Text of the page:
Senate Leaves For Recess Without Passing More Coronavirus Relief




  • In Politics
  • 2020-05-21 21:55:58Z
  • By HuffPost
 

WASHINGTON ― The Senate left town on Thursday without taking any legislative action to address the ongoing coronavirus pandemic, which in the U.S. has resulted in nearly 100,000 deaths and 38 million jobless claims.

GOP leaders maintain that the four bills Congress already passed, which total about $3 trillion in borrowed spending, are sufficient, at least for now.

"It's illogical to say we've spent $3 trillion and we wouldn't want to take a look whether it's being efficient before we rush headlong and push another $3 trillion out the door," Senate Majority Whip John Thune (R-S.D.) said Thursday. He dismissed a new $3 trillion measure the Democratic-controlled House passed last week as "crazy."

But Senate Democrats argued that more federal spending is needed, given the rising unemployment rate, dire economic projections and calls for additional legislative action from the Federal Reserve.

"If you look at our activity across the past three weeks, you'd hardly know there was a COVID crisis," Senate Minority Leader Chuck Schumer (D-N.Y.) said in a floor speech Thursday.

Senate Republicans held a few hearings on coronavirus testing and reopening the economy, but they mostly focused on confirming executive and judicial nominees.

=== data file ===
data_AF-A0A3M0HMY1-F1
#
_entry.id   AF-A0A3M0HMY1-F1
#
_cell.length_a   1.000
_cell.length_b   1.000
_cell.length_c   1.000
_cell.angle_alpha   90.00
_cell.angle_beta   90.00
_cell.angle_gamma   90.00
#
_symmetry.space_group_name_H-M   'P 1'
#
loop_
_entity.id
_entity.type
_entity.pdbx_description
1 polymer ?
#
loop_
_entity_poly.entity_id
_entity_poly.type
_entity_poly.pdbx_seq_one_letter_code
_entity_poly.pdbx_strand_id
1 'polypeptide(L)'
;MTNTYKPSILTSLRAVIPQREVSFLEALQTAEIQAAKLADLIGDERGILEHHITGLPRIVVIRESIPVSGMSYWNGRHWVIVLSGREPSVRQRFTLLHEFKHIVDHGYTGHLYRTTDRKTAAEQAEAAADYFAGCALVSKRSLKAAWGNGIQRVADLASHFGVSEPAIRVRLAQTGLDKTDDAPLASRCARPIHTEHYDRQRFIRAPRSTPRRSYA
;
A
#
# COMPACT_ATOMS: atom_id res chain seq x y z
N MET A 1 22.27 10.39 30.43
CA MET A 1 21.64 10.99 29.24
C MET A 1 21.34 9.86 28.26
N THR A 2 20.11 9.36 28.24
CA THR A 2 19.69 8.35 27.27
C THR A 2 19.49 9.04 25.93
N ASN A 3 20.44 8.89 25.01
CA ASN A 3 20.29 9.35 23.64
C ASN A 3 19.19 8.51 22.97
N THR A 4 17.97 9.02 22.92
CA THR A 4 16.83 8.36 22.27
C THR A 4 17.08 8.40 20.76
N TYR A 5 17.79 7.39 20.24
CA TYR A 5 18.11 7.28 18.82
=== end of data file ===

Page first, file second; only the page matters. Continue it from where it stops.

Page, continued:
The impasse isn't expected to break anytime soon. The chamber won't be back in session until June 1, after its week-long Memorial Day recess. No discussions are underway between House and Senate leaders concerning another relief package, and the Trump administration appears content with the funding pause.

Some Republicans have broken with their leadership and are calling for more federal action to address the health and economic crises. Sens. Josh Hawley of Missouri and Mitt Romney of Utah proposed plans to help businesses and workers performing essential services. Sens. Bill Cassidy of Louisiana and Susan Collins of Maine support providing aid to states and localities whose tax revenue has dried up amid the stalled economy.

Vulnerable Republicans up for re-election this year are also facing an uncomfortable position of going home to face constituents demanding more relief from Congress. Sen. Cory Gardner of Colorado, one of the most endangered incumbents, on Wednesday threatened to block the Senate from going on recess, saying that it was "unfathomable" for lawmakers to go home without doing more to mitigate the various effects of the pandemic.